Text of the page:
It was selected among the six best papers submitted to the 26th Panhellenic Cardiological Conference that will be held on November 3-5 in Athens, while it has also been selected to be presented at the annual conference of the American Cardiological Society that will take place on November 13-16 in Dallas, Texas.
 'Days of Greco-Russian Friendship' event to be held on Limnos
LEMNOS, 21/9/2005 (ANA)The "Days of Greco-Russian Friendship" event will be taking place on the Aegean island of Limnos between September 24-28 and for the second consecutive year. The event will take place at the initiative of the local authorities and with the support of the Russian embassy.
The manifestations are aimed at strengthening friendship between the two peoples and the restoration of the memory of the Russians who were taken to the island during the 1920-1921 period, according to a Russian embassy announcement.
Last year, when the event was held for the first time, a cross was erected in memory of the Russian Cossacks who died on Limnos during the 1920-1921 period. In November 1920, following the capture of the Crimea by the Red Army, the whiteguard Cossacks from the Kuban Corps (18,000 men) and the Don Corps (4,000 men) were taken to Limnos on board allied British and French ships, where they stayed for about a year.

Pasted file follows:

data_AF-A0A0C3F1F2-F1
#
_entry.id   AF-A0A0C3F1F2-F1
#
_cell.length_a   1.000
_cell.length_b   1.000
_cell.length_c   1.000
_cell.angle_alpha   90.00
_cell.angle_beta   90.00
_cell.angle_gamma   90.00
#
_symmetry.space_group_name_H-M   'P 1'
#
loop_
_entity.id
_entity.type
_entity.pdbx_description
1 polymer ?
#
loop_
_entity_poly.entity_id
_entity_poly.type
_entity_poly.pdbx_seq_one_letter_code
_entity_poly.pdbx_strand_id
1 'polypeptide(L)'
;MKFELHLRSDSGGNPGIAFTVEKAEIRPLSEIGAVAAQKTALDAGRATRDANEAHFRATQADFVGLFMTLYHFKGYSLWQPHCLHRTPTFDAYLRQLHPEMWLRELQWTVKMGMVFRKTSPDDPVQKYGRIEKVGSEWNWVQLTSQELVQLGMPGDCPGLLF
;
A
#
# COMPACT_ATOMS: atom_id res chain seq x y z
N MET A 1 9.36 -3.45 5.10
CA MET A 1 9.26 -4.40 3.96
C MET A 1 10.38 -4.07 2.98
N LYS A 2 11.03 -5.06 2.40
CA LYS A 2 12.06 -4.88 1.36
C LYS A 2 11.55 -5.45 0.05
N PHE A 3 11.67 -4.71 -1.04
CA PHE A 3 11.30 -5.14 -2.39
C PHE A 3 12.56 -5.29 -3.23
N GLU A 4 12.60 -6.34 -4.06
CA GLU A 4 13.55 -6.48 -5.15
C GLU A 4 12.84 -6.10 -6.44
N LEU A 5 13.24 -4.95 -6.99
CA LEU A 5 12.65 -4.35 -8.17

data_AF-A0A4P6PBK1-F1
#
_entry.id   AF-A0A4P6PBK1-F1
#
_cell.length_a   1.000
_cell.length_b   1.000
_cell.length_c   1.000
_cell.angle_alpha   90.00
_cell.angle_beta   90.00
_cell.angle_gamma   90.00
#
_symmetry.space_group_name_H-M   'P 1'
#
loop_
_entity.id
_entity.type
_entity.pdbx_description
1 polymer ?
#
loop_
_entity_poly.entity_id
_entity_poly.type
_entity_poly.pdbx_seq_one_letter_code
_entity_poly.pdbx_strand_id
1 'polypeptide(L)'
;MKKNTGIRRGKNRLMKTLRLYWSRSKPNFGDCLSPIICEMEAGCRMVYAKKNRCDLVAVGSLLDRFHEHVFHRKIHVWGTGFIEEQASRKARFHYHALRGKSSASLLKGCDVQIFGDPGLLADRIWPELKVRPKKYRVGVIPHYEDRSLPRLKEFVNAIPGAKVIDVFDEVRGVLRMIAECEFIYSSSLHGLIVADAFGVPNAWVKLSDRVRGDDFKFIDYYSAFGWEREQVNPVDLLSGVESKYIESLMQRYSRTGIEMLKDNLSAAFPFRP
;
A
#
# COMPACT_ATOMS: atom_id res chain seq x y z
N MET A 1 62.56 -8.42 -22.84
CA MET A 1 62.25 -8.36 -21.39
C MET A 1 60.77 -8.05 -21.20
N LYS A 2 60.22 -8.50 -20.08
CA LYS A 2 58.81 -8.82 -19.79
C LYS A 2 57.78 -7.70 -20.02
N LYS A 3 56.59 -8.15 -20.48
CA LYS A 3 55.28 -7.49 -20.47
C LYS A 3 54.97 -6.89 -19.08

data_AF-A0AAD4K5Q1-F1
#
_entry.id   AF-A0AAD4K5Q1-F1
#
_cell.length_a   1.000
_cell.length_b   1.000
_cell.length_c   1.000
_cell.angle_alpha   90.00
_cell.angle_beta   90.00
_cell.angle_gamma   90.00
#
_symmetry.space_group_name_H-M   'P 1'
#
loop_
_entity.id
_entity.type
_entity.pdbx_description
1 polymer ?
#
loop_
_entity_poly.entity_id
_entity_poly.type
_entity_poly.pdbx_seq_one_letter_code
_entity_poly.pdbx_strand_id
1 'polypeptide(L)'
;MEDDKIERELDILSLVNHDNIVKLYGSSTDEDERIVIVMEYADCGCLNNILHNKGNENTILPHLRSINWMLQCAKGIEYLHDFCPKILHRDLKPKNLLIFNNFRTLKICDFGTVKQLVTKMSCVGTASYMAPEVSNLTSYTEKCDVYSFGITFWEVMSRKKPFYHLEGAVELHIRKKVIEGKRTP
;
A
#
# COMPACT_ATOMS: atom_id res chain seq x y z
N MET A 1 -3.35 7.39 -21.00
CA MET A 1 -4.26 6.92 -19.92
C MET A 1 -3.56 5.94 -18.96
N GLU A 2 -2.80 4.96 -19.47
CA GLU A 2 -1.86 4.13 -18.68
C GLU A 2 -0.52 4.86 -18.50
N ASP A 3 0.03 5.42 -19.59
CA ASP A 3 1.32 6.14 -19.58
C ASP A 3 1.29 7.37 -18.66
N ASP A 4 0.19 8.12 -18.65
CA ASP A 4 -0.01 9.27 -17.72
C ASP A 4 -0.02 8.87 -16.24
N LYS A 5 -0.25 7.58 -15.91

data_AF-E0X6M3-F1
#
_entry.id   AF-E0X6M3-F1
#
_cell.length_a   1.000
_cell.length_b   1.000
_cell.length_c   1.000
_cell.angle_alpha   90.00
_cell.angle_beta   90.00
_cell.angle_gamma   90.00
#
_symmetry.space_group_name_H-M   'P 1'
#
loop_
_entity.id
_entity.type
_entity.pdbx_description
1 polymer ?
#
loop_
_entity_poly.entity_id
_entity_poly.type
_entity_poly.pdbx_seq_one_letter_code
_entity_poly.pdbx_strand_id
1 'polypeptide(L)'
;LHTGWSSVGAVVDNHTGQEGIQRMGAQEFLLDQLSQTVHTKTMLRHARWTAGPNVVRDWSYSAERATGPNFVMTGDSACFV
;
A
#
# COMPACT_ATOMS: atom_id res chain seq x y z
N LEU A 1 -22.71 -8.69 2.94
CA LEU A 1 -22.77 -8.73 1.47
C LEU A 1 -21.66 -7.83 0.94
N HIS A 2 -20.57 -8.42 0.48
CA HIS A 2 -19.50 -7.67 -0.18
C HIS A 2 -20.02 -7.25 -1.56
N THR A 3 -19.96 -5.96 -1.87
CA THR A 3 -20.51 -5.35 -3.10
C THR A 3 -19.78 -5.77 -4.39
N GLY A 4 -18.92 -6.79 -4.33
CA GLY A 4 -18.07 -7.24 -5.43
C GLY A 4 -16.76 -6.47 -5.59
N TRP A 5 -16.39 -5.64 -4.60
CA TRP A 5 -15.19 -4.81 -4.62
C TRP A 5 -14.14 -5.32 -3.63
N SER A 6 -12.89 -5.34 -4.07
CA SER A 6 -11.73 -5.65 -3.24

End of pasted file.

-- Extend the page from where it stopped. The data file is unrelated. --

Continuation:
As a result of illnesses, a typhoid epidemic and starvation 500 Cossacks died and were buried on an isolated beach near Portiano, where their camp had been created.
 University of Macedonia to receive EU's 'ecological seal'
THESSALONIKI, 21/9/2005 (ANA)The University of Macedonia is the only foundation in Greece and the only public agency to obtain the European Union's "ecological seal."
Through the development of a system of environmental management, which registers and limits the repercussions of the foundation's functioning on the environment (paper, ink, garbage, etc), the University of Macedonia has received the go-ahead to be certified in accordance with the European EMAS model of environmental management.
Speaking to the Athens News Agency-Macedonian Press Agency (ANA-MPA), Environmental Management chief Eftychios Sartzetakis expressed the wish that this "will only be the beginning of new higher targets for its final promotion to a model of academic environmental excellence at European level as well."